Atheism Plus, it seems, has passed away. Many of us predicted it, although I think we're all pleasantly surprised by just how quickly reason has prevailed among the sceptic community.
Many reputations have taken a hit with it; sorry PZ, you handed people a share of your influence for no better reason than that your fear of being thought a misogynist mattered more to you than whether they were actually worth listening to. Even if you HAD then actively disavowed the illogical and spiteful use to which they put their new power you'd still have looked a fool - and you didn't do that, so you look a coward too. The name Richard Carrier has become short-hand for the kind of vitriolic with-us-or-against-us mentality that characterised fundamentalist APlusism from the beginning (whatever its sophisticated moderates might have tried to say later), and Jen McCreight has shown herself to be so self-obsessed as to feel no compassion for a homeless man and to think people should ask her permission to masturbate.
Self-obsession, really, is the overwhelming impression Atheism Plus will leave with me. Well, self-obsession and a devastating want of introspection.
I think the most contemptible thing about Atheism Plus, though, was the fact that it had two purposes; a superficially admirable ostensible goal, and an underhanded, dishonest and rather sinister ulterior motive. In the beginning, A+ was about helping marginalised people within the atheist/sceptic community to feel more included - many of us thought that laudable, as in fact I did myself when I first read about it. It became clear pretty quickly, though, that its real purpose was to exclude white men above a certain age (unless they demonstrated total and unquestioning faith in the teachings of APlusism), shout about how tough it is to be an educated white middle-class American woman - and to shut us all up if we tried to ask questions or disagree with them.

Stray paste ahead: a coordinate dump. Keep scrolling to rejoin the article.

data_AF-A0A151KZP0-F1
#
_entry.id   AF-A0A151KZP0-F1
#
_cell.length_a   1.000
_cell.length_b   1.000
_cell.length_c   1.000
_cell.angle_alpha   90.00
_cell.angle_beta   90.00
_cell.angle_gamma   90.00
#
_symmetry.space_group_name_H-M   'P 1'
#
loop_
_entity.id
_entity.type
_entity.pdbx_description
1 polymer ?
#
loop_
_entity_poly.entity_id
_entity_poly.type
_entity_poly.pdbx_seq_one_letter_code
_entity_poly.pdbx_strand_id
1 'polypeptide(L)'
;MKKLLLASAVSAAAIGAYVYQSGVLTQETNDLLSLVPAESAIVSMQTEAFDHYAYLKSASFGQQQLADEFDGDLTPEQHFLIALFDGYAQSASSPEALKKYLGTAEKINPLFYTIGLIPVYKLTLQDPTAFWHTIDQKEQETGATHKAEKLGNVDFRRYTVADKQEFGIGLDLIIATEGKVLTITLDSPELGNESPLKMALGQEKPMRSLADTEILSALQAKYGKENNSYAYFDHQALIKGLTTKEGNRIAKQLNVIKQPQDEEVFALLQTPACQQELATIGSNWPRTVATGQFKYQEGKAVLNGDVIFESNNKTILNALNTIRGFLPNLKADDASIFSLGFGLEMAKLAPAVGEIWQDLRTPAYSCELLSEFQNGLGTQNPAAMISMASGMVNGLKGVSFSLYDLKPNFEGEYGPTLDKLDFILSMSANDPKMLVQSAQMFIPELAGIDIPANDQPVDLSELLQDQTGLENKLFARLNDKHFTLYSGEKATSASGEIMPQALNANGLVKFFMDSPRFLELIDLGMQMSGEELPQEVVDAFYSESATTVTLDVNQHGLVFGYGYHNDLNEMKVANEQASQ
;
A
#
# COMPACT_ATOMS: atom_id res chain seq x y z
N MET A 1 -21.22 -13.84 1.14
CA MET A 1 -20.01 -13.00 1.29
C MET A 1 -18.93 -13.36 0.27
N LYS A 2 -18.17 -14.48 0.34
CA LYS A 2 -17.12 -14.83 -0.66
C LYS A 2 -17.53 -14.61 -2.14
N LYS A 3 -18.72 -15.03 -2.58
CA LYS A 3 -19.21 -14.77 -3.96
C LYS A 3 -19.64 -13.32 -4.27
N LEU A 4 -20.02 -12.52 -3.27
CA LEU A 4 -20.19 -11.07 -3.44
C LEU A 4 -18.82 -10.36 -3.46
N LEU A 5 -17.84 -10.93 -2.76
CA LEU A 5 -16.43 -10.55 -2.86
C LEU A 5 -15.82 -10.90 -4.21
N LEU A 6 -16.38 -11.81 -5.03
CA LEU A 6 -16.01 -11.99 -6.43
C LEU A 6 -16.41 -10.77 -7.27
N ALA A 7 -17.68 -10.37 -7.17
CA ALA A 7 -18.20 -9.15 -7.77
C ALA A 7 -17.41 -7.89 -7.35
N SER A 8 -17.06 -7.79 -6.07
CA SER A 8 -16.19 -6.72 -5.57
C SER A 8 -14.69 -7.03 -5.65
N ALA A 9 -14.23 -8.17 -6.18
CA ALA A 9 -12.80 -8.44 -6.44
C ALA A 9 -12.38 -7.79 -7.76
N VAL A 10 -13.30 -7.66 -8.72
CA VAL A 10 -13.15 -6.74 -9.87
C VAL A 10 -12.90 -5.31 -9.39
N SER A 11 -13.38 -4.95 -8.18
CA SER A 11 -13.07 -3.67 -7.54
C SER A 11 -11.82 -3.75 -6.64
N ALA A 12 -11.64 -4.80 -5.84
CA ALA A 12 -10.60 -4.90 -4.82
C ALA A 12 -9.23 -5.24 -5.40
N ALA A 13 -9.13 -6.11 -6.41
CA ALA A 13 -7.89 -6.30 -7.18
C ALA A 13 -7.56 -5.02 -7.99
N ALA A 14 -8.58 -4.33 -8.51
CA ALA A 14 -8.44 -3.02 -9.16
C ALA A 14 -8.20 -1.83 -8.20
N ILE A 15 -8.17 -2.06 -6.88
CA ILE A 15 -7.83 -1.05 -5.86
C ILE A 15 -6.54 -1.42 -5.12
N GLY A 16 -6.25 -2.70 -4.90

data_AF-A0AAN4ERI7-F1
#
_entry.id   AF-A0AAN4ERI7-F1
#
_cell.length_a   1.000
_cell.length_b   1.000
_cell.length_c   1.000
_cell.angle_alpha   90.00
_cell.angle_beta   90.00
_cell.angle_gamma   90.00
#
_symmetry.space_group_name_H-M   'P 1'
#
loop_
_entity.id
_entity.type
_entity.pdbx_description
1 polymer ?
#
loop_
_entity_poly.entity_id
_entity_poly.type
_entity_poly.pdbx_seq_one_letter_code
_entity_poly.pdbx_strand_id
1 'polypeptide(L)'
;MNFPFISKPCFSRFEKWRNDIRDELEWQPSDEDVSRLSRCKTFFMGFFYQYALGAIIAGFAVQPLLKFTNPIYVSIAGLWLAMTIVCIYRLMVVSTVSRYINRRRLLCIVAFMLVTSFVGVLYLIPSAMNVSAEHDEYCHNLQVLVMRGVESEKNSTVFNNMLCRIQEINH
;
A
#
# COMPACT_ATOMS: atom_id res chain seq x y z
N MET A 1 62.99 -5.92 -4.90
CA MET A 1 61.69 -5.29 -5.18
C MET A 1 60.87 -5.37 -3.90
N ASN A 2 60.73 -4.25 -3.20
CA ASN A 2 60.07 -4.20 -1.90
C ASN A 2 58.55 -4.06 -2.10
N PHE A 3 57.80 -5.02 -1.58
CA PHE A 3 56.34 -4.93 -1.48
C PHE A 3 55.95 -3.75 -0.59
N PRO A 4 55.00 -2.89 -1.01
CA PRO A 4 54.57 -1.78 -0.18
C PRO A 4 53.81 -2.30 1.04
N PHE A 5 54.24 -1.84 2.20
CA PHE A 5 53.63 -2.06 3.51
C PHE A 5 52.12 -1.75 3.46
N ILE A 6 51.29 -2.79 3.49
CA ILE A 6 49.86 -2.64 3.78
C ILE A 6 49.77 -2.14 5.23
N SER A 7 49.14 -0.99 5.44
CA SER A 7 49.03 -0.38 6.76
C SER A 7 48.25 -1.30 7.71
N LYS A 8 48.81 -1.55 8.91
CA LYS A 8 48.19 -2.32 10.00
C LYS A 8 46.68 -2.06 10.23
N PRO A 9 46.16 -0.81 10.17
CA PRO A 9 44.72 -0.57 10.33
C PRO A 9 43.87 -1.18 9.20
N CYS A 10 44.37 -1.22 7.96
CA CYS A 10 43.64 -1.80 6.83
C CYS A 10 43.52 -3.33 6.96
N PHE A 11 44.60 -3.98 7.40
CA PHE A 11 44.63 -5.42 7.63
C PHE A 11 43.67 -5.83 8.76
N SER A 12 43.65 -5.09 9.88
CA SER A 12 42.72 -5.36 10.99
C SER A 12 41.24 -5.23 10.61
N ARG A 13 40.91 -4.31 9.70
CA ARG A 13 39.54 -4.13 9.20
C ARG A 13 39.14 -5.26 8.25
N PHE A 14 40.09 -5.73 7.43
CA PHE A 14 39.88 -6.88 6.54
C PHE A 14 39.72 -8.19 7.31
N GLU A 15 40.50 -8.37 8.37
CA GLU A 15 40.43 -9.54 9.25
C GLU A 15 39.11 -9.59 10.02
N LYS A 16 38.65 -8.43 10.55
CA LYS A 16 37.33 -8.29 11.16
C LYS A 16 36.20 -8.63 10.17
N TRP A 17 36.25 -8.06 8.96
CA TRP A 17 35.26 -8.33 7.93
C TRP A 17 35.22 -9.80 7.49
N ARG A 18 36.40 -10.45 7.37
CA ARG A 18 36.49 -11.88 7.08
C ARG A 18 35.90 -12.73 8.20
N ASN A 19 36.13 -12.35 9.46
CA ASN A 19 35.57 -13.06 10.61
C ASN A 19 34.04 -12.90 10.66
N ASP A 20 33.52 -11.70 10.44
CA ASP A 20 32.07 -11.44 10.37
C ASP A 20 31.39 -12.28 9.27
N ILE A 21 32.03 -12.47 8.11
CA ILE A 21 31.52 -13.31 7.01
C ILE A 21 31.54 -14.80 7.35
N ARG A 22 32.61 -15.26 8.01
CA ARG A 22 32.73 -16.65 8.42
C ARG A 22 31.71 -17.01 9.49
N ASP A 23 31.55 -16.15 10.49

In case my contempt is not clear on this point; the "feminists" behind Atheism Plus started out trying to tell us they were going to help gay and bi people, transsexual and transgender people, black people, Latino people and other groups underrepresented in the atheist movement. They used that platform to bitch about men trying to make conversation with them in public places. No one should be more pissed off with them than the people they co-opted, shamelessly exploited, and then ignored.
Once it had stopped pretending to care about gay people, black people and transgender people, Atheism Plus was supposed to be about helping women to feel safe in the atheist community. Not only did many of us feel perfectly safe already, but those of us who've had the temerity to point this out have rather amusingly then found ourselves experiencing abuse and anger from other members of the atheist community for the very first time. Devising a product then manufacturing the need is a time-honoured method in business - just look at mouthwash. But A+ don't seem to have grasped the idea terribly well; what they've done is try to sell us a mouthwash to cure dog-breath we don't have, then force-feed us garlic when we didn't want to buy it. Then wonder why we told them to get the fuck off our property.
If I have one good thing to say about A+, though, it's that it's failed equally in both its goals. It took a while, but the sceptic community has now almost unanimously rejected the dogmatic tyranny of Atheism Plus. I think many of us wish the whole embarrassing melodrama had never happened - and I certainly sympathise with that position - but for my part I have to say I find myself reassured about the ability of the atheist movement to make the rational decision as a group.
So Atheism Plus has left me with a pretty bad taste in my mouth. It was petty, small-minded, vicious, dogmatic, hypocritical, exclusionary, dishonest, irrational, selfish, uncaring and deeply, deeply sexist. We shall not miss it, but we are wiser for having known it.